ApiEndpoint: https://bqoc5prkna.execute-api.us-east-1.amazonaws.com

The ApiEndpoint is the API we just created.

Let’s test our endpoint using the integrated SST Console. The SST Console is a web based dashboard to manage your SST apps Learn more about it in our docs.

Go to the API explorer and click on the POST / route. In the Headers tab set the content-type as JSON Content-type: application/json.

Console with headers

In the Body tab, enter the below JSON and click Send to send a POST request.

{
  "fname": "mani",
  "lname": "teja"
}

Request with correct schema

As you can see the endpoint is working as expected. We sent mani and teja as our fname and lname respectively and got Hello, mani-teja as the response.

Now let’s remove lname from the body and see what happens.

Request with incorrect schema

You’ll notice that the endpoint is working fine but it returned undefined for lname. Since we’d only sent the fname in the request, so it returned undefined in the place of lname.

In a production app it can be difficult to catch these issues. We’d like to explicitly throw an error when there is a missing parameter in the request body.

Setting up our Middy middleware

To fix this let’s use the Middy validator middleware to validate our API.

Run the following in the services/ directory.

$ npm install --save @middy/core @middy/http-json-body-parser @middy/http-error-handler @middy/validator

Let’s understand what the above packages are.

package explanation
@middy/core The core package of the Middy framework.
@middy/http-json-body-parser A middleware that parses HTTP requests with a JSON body and converts the body into an object.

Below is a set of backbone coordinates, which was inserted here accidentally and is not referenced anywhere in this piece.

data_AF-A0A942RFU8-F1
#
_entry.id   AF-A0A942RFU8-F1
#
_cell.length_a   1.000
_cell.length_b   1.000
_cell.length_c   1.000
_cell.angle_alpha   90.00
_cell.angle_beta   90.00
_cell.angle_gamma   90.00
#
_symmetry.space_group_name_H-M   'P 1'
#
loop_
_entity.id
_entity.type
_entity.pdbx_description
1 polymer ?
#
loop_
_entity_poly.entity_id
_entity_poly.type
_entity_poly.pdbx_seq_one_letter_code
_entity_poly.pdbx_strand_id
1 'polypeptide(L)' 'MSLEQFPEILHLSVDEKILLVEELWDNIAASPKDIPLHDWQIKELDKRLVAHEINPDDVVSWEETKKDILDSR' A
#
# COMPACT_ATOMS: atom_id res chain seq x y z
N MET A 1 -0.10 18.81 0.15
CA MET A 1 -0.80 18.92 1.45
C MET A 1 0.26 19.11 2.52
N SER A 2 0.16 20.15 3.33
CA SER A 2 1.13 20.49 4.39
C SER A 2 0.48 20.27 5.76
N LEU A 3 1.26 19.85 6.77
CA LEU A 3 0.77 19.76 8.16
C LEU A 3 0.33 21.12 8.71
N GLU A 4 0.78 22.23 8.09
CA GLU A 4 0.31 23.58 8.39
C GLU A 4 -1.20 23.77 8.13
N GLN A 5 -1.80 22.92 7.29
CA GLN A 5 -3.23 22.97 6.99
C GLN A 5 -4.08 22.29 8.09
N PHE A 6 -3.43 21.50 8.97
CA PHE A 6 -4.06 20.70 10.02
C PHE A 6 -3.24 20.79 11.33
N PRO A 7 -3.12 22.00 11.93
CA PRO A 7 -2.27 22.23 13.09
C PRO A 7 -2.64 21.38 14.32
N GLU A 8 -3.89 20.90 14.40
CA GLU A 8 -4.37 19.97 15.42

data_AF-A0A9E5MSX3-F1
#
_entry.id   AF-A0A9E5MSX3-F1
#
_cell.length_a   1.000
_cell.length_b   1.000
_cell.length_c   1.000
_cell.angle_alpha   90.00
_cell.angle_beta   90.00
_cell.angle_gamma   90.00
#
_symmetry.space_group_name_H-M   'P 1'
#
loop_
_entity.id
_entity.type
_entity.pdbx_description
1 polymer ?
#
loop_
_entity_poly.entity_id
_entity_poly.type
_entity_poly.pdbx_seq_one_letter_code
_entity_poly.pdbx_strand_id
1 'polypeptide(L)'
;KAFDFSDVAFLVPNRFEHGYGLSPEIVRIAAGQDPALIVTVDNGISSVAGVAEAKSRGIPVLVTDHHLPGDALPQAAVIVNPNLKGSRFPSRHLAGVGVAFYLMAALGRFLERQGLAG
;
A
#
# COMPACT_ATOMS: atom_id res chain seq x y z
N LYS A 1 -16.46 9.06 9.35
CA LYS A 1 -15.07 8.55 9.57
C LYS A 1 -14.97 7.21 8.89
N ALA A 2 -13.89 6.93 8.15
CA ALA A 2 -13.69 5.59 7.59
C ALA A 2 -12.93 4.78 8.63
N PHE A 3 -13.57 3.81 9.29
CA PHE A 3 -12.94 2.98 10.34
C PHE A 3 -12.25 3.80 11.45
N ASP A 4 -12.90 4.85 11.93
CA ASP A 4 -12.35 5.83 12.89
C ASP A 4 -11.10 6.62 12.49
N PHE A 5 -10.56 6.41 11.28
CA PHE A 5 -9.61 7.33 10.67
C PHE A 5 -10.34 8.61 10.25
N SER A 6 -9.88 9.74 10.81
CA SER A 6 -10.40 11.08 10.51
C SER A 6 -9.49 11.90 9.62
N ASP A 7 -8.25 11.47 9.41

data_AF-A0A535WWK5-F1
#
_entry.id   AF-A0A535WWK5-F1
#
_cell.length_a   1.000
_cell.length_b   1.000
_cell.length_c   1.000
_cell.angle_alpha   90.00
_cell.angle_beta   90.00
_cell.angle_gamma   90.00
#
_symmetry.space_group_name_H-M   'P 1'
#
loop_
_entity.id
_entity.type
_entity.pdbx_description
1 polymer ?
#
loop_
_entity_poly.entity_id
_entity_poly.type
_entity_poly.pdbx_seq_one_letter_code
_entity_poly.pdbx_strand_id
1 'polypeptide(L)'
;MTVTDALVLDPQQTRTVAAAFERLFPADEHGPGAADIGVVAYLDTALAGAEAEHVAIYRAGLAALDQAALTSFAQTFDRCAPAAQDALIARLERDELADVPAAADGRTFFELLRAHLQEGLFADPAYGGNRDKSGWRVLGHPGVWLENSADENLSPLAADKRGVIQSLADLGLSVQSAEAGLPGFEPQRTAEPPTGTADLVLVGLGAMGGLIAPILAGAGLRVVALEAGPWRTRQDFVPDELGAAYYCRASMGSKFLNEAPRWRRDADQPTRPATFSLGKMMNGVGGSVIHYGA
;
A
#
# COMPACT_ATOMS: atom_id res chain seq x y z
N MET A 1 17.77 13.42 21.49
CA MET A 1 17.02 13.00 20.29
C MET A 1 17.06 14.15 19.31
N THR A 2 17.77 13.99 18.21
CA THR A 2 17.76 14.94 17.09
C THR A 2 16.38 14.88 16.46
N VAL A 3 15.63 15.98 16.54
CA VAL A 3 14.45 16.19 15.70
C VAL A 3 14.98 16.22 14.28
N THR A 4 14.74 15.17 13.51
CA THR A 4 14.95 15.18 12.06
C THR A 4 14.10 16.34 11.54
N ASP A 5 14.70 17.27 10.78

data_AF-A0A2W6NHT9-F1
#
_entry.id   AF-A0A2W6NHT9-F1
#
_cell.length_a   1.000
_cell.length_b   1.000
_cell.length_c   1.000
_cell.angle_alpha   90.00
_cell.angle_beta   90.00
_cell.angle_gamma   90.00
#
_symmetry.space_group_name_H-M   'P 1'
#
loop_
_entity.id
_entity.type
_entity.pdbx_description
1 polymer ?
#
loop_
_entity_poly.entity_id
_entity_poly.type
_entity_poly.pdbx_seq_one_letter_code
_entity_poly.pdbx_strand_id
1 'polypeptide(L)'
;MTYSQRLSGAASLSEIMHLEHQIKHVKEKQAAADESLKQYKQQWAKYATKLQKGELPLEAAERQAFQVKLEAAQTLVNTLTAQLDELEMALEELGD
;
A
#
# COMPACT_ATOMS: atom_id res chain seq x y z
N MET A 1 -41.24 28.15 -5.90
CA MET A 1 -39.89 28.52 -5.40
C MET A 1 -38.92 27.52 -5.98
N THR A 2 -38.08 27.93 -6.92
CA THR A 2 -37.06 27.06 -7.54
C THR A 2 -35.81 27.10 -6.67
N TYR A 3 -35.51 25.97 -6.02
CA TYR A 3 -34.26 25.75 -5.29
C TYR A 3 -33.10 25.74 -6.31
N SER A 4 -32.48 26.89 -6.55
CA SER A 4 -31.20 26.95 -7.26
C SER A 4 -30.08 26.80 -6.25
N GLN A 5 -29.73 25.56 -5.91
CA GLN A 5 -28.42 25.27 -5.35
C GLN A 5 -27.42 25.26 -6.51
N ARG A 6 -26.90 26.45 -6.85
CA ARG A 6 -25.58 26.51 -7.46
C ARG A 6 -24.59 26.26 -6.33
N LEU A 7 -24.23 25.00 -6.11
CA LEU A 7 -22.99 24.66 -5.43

@middy/http-error-handler A middleware that handles uncaught errors that contain the properties statusCode (number) and message (string) and creates a proper HTTP response for them (using the message and the status code provided by the error object).
@middy/validator A middleware that validates incoming events and outgoing responses against custom schemas defined with the JSON schema syntax.

Adding request validation

Replace services/functions/lambda.ts with the following.

import middy from "@middy/core";
import validator from "@middy/validator";
import httpErrorHandler from "@middy/http-error-handler";
import jsonBodyParser from "@middy/http-json-body-parser";

const baseHandler = (event) => {
  // You don't need JSON.parse since we are using the jsonBodyParser middleware
  const { fname, lname } = event.body;
  return {
    statusCode: 200,
    headers: { "Content-Type": "text/plain" },
    body: `Hello, ${fname}-${lname}.`,
  };
};

const inputSchema = {
  type: "object",
  properties: {
    body: {
      type: "object",
      properties: {
        fname: { type: "string" },
        lname: { type: "string" },
      },
      required: ["fname", "lname"],
    },
  },
};

const handler = middy(baseHandler)
  .use(jsonBodyParser())
  .use(
    validator({
      inputSchema,
    })
  )
  .use(httpErrorHandler());

export { handler };

Here we are creating an inputSchema. We are explicitly setting that fname and lname are required.